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Consumers Open To Hybrids But Wary Of Costs

by on May.12, 2009

A new survey from Harris Interactive indicates that more than four in five U.S. adults believe the United States must become a leader in hybrid vehicles.

Conveniently enough, the survey, which was commissioned by Johnson Controls, the nation’s largest maker of lead-acid batteries, the survey also found that 84% said the government should support the advancement of battery technology in this country.

The study, however, also suggested that consumers have developed a relatively sophisticated appreciation of both the benefits and pitfalls of owning hybrid or battery-driven vehicles.

Johnson Controls commissioned the survey, “Powering the United States Hybrid Vehicle Industry,” to understand consumer sentiment regarding hybrid vehicles and to gain insight into the challenges and opportunities for broad market acceptance in the United States.   

The online survey of more than 2,000 U.S. adults, conducted in March 2009. Eighty one percent of the respondents saw hybrid technology as way to reduce U.S. dependence on foreign oil. Another 67% said development of new battery technology in the U.S. would help create jobs, and 64% indicated that more effective batteries could reduce the impact of automobiles on the environment.

In addition, the Johnson Control survey also found that 90% of U.S. adults are open to choosing a hybrid if they were in the market for a new vehicle. However, they also perceive major obstacles to such a purchase, notably cost.

Four of five respondents think financial barriers such as purchase price and/or insufficient cost savings prevent people from buying a hybrid car. At the same time, most, 84%, see incentives and tax credits as an effective way to encourage consumers to purchase hybrid cars.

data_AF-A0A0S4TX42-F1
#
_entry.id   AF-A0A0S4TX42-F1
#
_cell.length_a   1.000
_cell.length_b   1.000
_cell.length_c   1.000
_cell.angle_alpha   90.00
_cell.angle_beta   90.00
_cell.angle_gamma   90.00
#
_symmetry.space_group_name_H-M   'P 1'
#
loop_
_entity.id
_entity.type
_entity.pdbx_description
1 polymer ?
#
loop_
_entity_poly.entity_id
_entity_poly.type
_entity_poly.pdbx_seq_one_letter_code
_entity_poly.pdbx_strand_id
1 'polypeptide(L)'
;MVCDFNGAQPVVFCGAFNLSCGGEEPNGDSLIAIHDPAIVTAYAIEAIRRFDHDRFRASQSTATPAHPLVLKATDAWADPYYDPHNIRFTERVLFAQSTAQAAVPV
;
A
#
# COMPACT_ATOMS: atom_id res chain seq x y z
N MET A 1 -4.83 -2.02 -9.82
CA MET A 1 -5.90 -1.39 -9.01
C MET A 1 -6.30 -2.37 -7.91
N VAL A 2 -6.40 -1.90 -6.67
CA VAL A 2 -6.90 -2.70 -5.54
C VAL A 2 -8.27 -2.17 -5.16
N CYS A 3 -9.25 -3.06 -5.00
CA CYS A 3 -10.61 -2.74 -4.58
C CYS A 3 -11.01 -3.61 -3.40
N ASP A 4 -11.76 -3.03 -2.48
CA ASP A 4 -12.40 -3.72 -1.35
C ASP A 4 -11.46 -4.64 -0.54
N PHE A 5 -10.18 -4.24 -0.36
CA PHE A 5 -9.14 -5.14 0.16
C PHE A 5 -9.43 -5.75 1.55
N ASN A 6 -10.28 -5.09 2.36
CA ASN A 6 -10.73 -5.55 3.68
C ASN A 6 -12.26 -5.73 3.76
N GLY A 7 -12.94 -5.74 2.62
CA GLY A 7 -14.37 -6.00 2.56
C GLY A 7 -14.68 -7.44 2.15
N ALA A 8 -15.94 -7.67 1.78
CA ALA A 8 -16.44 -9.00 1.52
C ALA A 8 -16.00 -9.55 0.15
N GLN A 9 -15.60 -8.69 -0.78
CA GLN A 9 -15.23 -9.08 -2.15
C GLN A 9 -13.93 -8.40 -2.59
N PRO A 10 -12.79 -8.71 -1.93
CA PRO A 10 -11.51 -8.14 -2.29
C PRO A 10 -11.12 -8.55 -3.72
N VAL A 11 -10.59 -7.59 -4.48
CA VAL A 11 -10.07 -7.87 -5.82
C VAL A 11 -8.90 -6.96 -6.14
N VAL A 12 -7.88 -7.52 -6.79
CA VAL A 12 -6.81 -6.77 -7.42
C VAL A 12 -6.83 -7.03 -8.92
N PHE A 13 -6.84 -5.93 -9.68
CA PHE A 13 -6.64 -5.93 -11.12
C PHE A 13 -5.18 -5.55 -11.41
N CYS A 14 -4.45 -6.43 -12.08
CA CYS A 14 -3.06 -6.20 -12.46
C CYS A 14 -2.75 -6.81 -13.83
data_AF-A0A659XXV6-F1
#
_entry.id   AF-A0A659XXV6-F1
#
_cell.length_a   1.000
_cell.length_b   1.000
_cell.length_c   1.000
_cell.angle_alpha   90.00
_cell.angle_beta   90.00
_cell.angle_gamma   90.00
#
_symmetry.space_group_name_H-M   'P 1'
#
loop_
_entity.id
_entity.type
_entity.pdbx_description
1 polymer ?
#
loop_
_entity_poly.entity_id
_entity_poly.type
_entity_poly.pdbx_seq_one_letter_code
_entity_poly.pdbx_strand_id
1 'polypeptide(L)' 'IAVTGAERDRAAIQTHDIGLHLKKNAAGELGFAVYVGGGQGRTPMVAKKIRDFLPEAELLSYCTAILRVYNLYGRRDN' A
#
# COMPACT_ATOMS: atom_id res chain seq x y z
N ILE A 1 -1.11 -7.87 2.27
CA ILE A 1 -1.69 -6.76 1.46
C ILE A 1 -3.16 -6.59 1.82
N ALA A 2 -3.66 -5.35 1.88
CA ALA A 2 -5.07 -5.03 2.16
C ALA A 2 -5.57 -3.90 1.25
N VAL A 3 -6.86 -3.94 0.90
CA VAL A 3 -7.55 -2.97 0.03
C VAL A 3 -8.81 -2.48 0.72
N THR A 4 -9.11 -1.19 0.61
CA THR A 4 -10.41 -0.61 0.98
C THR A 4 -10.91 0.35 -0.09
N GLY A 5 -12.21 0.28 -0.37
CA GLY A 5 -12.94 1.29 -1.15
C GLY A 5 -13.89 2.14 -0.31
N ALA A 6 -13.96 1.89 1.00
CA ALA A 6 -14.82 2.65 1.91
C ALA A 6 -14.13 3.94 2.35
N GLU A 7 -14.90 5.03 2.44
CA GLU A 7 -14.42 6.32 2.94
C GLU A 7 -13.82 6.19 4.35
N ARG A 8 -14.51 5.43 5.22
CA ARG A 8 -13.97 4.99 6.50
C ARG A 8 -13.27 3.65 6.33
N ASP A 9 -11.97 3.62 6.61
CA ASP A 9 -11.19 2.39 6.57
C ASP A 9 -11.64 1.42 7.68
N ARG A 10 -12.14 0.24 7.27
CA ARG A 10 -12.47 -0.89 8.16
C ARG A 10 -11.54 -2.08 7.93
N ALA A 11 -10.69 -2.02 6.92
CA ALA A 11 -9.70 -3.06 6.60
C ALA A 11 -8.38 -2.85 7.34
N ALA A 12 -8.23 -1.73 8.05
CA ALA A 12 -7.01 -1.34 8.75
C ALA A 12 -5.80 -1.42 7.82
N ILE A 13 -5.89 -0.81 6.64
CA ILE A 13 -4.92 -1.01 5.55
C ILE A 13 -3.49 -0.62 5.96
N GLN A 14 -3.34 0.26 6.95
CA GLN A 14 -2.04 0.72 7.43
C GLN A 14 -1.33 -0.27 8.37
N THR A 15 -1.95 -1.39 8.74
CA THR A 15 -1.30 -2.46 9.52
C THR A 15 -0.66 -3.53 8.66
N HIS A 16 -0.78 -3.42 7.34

“The survey makes one message abundantly clear: despite recognizing the importance of hybrid technology and the role of government support, consumers need costs to come down for the hybrid industry to thrive,” said Kim Metcalf-Kupres, Vice President of Global Sales and Marketing for Johnson Controls.

“The survey also suggests a need for consumer education, because most people admit they don’t really grasp how hybrids work or understand the differences between the types of hybrid applications that are available,” she added.

In addition to cost barriers, many consumers may also think hybrid vehicle performance should be equivalent or better than that of a comparable gasoline-powered vehicle.

When asked what might prevent people from buying a hybrid car, 49% of adults cite reluctance to sacrifice features such as size and horsepower, and 42% express concerns that hybrids might mean inferior performance, lack of speed, or a poor driving experience. Further, nearly half, 47%, believe lack of understanding about hybrids in general prevents people from buying them, and an even greater number, 59%, have no idea what the distinctions are between different types of hybrids.

“That U.S. consumers are open to the idea of purchasing a hybrid bodes well for the development of a U.S. hybrid industry,” said Alex Molinaroli, President, Power Solutions, for Johnson Controls.

“However, it’s evident that success in building the industry will depend on making it easier for consumers to buy hybrids. We’re doing good things in the United States to stimulate the industry, but in the long run, it will be broad market acceptance and scale that makes it sustainable.”

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2 Responses to “Consumers Open To Hybrids But Wary Of Costs”

  1. gregory forrey says:

    There is another cost that no one talks about the batteries of these hybrids do not last much longer than 8 to 10 years. No scrap yard will take these cars with batteries in them, so you either pay for new batteries or pay to scrap it

    • tdb says:

      Actually, Gregory, the batteries are worth a fair bit, even at the end of their lifecycle. Toyota, for example, is offering consumers — or junkyards — $200 for used batteries. And there are scrap specialists, according to Mark Templin, General Manager of Lexus, who are offering more than that.
      Paul A. Eisenstein
      Bureau Chief,